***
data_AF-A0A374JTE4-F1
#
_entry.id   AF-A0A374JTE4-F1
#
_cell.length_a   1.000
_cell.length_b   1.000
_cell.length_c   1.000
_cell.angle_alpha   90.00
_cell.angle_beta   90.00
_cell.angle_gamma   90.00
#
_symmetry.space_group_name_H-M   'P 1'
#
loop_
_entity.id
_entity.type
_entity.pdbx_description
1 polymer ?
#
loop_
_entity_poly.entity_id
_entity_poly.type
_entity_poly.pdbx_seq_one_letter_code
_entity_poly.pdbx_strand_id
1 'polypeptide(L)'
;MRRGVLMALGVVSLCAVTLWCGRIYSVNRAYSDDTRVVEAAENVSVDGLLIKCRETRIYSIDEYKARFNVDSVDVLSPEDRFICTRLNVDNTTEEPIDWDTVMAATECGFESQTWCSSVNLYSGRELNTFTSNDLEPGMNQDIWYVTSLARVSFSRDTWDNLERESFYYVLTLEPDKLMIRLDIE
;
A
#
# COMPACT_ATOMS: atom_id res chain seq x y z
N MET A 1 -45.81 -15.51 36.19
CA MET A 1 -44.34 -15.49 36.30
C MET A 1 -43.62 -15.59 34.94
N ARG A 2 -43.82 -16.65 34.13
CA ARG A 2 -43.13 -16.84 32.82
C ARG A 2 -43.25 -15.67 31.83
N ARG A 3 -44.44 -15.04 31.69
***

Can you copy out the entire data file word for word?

data_AF-A0A374JTE4-F1
#
_entry.id   AF-A0A374JTE4-F1
#
_cell.length_a   1.000
_cell.length_b   1.000
_cell.length_c   1.000
_cell.angle_alpha   90.00
_cell.angle_beta   90.00
_cell.angle_gamma   90.00
#
_symmetry.space_group_name_H-M   'P 1'
#
loop_
_entity.id
_entity.type
_entity.pdbx_description
1 polymer ?
#
loop_
_entity_poly.entity_id
_entity_poly.type
_entity_poly.pdbx_seq_one_letter_code
_entity_poly.pdbx_strand_id
1 'polypeptide(L)'
;MRRGVLMALGVVSLCAVTLWCGRIYSVNRAYSDDTRVVEAAENVSVDGLLIKCRETRIYSIDEYKARFNVDSVDVLSPEDRFICTRLNVDNTTEEPIDWDTVMAATECGFESQTWCSSVNLYSGRELNTFTSNDLEPGMNQDIWYVTSLARVSFSRDTWDNLERESFYYVLTLEPDKLMIRLDIE
;
A
#
# COMPACT_ATOMS: atom_id res chain seq x y z
N MET A 1 -45.81 -15.51 36.19
CA MET A 1 -44.34 -15.49 36.30
C MET A 1 -43.62 -15.59 34.94
N ARG A 2 -43.82 -16.65 34.13
CA ARG A 2 -43.13 -16.84 32.82
C ARG A 2 -43.25 -15.67 31.83
N ARG A 3 -44.44 -15.04 31.69